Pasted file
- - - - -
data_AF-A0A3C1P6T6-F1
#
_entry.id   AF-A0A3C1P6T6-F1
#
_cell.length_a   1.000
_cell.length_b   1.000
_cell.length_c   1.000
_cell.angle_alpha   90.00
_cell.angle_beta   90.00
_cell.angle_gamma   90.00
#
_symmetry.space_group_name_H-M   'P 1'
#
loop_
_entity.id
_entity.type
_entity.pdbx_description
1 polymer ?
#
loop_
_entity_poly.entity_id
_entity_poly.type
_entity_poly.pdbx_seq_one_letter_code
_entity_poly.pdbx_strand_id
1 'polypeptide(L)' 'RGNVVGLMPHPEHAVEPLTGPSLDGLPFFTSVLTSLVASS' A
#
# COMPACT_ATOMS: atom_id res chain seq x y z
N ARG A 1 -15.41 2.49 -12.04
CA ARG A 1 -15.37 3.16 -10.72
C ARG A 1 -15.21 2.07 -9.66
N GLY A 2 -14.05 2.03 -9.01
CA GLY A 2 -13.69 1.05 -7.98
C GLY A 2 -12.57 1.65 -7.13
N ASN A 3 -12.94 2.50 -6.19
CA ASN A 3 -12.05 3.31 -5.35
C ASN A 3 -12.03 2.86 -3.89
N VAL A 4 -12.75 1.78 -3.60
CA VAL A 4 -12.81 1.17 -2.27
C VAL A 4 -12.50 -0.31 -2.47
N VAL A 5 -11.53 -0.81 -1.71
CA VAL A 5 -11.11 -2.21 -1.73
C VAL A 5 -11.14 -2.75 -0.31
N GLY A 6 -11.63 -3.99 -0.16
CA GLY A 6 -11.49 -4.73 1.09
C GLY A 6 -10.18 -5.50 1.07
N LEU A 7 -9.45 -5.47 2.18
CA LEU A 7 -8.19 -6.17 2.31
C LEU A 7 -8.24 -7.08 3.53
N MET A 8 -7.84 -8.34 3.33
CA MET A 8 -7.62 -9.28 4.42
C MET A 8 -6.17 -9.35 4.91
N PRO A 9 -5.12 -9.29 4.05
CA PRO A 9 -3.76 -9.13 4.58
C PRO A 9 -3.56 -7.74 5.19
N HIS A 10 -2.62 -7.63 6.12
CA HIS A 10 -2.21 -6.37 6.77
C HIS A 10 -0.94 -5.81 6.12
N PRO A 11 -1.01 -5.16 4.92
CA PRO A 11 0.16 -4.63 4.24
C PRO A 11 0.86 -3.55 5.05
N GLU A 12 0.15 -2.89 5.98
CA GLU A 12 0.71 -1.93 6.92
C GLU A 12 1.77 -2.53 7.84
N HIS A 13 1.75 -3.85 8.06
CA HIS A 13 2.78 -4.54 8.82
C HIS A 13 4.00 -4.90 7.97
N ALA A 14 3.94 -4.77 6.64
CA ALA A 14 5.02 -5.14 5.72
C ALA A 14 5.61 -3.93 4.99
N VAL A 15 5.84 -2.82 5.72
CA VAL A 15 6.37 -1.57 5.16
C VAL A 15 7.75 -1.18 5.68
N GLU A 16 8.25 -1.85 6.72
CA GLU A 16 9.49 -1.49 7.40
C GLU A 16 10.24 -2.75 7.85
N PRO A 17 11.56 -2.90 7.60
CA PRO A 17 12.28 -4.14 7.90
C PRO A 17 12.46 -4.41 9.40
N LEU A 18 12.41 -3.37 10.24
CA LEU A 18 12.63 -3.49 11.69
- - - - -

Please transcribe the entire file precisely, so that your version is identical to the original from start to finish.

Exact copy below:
data_AF-A0A3C1P6T6-F1
#
_entry.id   AF-A0A3C1P6T6-F1
#
_cell.length_a   1.000
_cell.length_b   1.000
_cell.length_c   1.000
_cell.angle_alpha   90.00
_cell.angle_beta   90.00
_cell.angle_gamma   90.00
#
_symmetry.space_group_name_H-M   'P 1'
#
loop_
_entity.id
_entity.type
_entity.pdbx_description
1 polymer ?
#
loop_
_entity_poly.entity_id
_entity_poly.type
_entity_poly.pdbx_seq_one_letter_code
_entity_poly.pdbx_strand_id
1 'polypeptide(L)' 'RGNVVGLMPHPEHAVEPLTGPSLDGLPFFTSVLTSLVASS' A
#
# COMPACT_ATOMS: atom_id res chain seq x y z
N ARG A 1 -15.41 2.49 -12.04
CA ARG A 1 -15.37 3.16 -10.72
C ARG A 1 -15.21 2.07 -9.66
N GLY A 2 -14.05 2.03 -9.01
CA GLY A 2 -13.69 1.05 -7.98
C GLY A 2 -12.57 1.65 -7.13
N ASN A 3 -12.94 2.50 -6.19
CA ASN A 3 -12.05 3.31 -5.35
C ASN A 3 -12.03 2.86 -3.89
N VAL A 4 -12.75 1.78 -3.60
CA VAL A 4 -12.81 1.17 -2.27
C VAL A 4 -12.50 -0.31 -2.47
N VAL A 5 -11.53 -0.81 -1.71
CA VAL A 5 -11.11 -2.21 -1.73
C VAL A 5 -11.14 -2.75 -0.31
N GLY A 6 -11.63 -3.99 -0.16
CA GLY A 6 -11.49 -4.73 1.09
C GLY A 6 -10.18 -5.50 1.07
N LEU A 7 -9.45 -5.47 2.18
CA LEU A 7 -8.19 -6.17 2.31
C LEU A 7 -8.24 -7.08 3.53
N MET A 8 -7.84 -8.34 3.33
CA MET A 8 -7.62 -9.28 4.42
C MET A 8 -6.17 -9.35 4.91
N PRO A 9 -5.12 -9.29 4.05
CA PRO A 9 -3.76 -9.13 4.58
C PRO A 9 -3.56 -7.74 5.19
N HIS A 10 -2.62 -7.63 6.12
CA HIS A 10 -2.21 -6.37 6.77
C HIS A 10 -0.94 -5.81 6.12
N PRO A 11 -1.01 -5.16 4.92
CA PRO A 11 0.16 -4.63 4.24
C PRO A 11 0.86 -3.55 5.05
N GLU A 12 0.15 -2.89 5.98
CA GLU A 12 0.71 -1.93 6.92
C GLU A 12 1.77 -2.53 7.84
N HIS A 13 1.75 -3.85 8.06
CA HIS A 13 2.78 -4.54 8.82
C HIS A 13 4.00 -4.90 7.97
N ALA A 14 3.94 -4.77 6.64
CA ALA A 14 5.02 -5.14 5.72
C ALA A 14 5.61 -3.93 4.99
N VAL A 15 5.84 -2.82 5.72
CA VAL A 15 6.37 -1.57 5.16
C VAL A 15 7.75 -1.18 5.68
N GLU A 16 8.25 -1.85 6.72
CA GLU A 16 9.49 -1.49 7.40
C GLU A 16 10.24 -2.75 7.85
N PRO A 17 11.56 -2.90 7.60
CA PRO A 17 12.28 -4.14 7.90
C PRO A 17 12.46 -4.41 9.40
N LEU A 18 12.41 -3.37 10.24
CA LEU A 18 12.63 -3.49 11.69